In what seems to have become an annual August bank holiday event, Nicola and I packed the MG full of camping equipment and left London before dawn, headed for the fresh air and open roads of the countryside. This year, to Norfolk.
We were headed towards a charming little place called Hickling, where our friends Heidi-Lee and Chris had already set up camp the previous night. Not many campsites allow you to have a log fire, but we’d chosen Hickling as they promised a good stock of wood and firelighters, which would keep us warm and visible to each other for the cooler late August evenings.
The main draw of North Norfolk is the Broads, a network of 120 miles of navigable waterways and lakes. So one morning we hired a motor boat big enough for four, bought a few beers from a nearby pub to drink along the way and navigated out of the small harbour onto Hickling Broad in search of the plants and birds of the Broads. In hindsight, I think the chugging engine of our boat may have scared most of the wildlife away; a fairly pathetic little craft, it made quite a racket, despite the fact that it was limited to 5 mph and we were frequently passed by swans. But that’s what life on the Broads seems to be about – slow-paced, relaxed afternoons, drink-driving boats and occasionally getting overtaken by birds.
Aside from the waterways of the Broads, there are plenty of bays along the Norfolk coastline, from the beaches at Cromer and Hunstanton to the resident seals at Horsey Gap. Heidi-Lee had heard good things about Wells-Next-The-Sea, so we drove north for an hour, through tumbledown little Norfolk villages, towards the sea.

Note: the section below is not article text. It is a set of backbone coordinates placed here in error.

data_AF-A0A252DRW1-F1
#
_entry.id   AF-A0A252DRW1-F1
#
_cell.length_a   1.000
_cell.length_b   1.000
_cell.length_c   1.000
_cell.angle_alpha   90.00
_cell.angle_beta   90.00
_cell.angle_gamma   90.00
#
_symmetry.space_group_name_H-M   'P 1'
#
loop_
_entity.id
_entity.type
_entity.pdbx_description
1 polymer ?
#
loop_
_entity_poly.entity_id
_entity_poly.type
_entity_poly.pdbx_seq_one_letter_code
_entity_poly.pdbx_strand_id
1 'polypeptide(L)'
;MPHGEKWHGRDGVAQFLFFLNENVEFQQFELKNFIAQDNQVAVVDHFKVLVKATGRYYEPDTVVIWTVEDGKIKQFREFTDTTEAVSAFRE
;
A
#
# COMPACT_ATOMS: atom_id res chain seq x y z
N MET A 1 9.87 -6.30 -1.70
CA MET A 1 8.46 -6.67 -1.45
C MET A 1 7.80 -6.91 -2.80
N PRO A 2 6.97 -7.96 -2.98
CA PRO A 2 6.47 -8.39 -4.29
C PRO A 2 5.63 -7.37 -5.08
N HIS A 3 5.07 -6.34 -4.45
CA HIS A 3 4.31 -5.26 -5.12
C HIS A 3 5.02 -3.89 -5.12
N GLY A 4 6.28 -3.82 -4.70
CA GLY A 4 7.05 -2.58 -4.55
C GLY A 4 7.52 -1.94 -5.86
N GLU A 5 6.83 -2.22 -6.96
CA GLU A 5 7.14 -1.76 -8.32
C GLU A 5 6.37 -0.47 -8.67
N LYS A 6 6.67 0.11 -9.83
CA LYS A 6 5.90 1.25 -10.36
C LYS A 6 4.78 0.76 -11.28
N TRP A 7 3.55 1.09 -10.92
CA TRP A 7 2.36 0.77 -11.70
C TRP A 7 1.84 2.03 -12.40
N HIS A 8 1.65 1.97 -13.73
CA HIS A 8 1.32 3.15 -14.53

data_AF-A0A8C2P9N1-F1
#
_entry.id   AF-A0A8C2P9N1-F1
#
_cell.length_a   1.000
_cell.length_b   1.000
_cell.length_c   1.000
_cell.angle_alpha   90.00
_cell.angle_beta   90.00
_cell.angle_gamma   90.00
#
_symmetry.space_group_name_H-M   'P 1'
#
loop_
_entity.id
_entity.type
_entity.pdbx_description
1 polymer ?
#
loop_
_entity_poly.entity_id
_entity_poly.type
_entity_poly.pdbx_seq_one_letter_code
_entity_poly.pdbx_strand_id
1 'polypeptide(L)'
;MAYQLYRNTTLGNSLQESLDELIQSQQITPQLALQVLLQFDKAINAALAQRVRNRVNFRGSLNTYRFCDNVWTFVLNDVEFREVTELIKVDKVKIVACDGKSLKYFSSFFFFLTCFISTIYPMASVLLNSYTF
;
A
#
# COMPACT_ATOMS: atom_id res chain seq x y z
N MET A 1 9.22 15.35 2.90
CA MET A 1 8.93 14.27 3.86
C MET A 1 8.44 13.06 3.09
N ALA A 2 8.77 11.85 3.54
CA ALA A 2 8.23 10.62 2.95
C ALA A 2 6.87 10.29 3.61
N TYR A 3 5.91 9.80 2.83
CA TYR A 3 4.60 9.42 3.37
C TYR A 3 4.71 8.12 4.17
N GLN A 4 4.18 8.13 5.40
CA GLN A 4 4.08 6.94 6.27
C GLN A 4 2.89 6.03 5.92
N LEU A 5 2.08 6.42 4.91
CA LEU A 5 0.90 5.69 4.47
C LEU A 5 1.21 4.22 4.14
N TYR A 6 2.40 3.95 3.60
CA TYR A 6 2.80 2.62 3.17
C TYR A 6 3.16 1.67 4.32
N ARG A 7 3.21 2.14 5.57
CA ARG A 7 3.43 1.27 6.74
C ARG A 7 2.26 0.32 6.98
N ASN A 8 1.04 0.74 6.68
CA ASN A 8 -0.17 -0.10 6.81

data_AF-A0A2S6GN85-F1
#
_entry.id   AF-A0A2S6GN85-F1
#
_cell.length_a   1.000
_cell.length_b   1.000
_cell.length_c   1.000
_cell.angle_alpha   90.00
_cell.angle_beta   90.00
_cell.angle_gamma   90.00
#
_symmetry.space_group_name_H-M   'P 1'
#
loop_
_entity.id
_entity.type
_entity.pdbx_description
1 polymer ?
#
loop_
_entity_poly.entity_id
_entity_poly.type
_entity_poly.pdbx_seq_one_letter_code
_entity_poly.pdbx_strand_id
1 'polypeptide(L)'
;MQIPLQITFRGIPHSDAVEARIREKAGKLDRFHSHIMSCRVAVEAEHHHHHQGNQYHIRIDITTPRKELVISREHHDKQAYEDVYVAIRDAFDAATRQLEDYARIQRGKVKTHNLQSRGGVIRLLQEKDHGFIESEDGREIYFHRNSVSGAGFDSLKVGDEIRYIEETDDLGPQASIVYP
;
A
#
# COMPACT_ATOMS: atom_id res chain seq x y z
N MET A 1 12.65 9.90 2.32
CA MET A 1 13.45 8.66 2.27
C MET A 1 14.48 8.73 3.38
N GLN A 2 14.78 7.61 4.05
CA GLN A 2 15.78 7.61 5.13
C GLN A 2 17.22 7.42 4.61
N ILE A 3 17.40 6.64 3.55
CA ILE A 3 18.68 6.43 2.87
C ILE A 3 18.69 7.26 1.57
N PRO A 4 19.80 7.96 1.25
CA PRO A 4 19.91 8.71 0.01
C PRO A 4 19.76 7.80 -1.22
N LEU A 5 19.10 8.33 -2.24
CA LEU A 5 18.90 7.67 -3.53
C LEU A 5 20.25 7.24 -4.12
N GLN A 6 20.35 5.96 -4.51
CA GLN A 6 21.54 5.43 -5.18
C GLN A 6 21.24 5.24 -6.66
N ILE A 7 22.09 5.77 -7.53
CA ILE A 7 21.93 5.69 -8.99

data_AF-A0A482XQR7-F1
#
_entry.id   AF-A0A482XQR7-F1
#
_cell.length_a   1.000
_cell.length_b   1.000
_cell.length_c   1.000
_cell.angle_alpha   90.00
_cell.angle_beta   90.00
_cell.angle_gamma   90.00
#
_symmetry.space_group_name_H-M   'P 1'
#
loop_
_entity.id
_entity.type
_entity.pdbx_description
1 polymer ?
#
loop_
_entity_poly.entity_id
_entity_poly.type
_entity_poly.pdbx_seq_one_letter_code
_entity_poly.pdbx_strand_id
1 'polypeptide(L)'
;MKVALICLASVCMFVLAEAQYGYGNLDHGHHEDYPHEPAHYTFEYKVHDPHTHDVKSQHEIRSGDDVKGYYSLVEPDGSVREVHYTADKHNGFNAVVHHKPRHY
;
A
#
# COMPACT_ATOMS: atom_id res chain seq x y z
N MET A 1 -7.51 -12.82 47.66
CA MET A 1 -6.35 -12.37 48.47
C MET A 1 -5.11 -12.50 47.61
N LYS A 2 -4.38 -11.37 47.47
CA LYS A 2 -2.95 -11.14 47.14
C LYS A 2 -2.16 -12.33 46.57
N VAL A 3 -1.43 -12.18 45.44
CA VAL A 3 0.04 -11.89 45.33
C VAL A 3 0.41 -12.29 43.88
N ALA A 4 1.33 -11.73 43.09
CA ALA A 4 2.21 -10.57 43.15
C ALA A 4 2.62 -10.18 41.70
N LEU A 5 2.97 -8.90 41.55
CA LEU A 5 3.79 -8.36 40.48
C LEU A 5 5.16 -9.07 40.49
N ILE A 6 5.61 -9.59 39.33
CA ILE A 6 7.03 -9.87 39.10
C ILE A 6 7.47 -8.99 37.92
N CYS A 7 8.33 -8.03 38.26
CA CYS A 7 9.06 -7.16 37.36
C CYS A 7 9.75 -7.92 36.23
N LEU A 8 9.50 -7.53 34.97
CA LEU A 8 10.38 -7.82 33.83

Wells-Next-The-Sea is either a small town or a large village. I’m never really sure of the difference. Either way, it’s certainly next-the-sea. Its main attraction is the ramshackle harbour front, a clumsy collection of small cottages, boatyards, restaurants and fish and chip shops. Every spot along the harbour wall was taken by children dangling bait in the water, buckets slowly filling with a motley selection of crabs. Across the road, the queue for French’s fish and chips was snaking steadily along the harbour, the smell of salt and vinegar wafting out with every newspaper package that emerged.
The beach at Wells-Next-The-Sea was already full when we arrived; nothing says British bank holiday like arriving at the coast and being faced with a sea of windbreaks, umbrellas and people attempting to light barbecues. We walked the length of the beach barefoot in the warm sand, passing the beach huts nestled at the top of the dunes, painted in pastel and backed by pine trees. Nicola and Heidi-Lee spend a considerable portion of the afternoon debating which beach hut they would opt for if suddenly confronted with this unlikely choice. I’d have been happy with any of them.
Dinner each night was cooked over the open fire, using a mix of charcoal and wood, and some good old-fashioned South African ingenuity on Heidi-Lee’s part. We had cheese burgers in brioche buns, barbecue-marinated ribs and sweet potatoes cooked among the coals, which we ate by the light of the flickering flames. As I said earlier, it really is worth finding a campsite that allows log fires.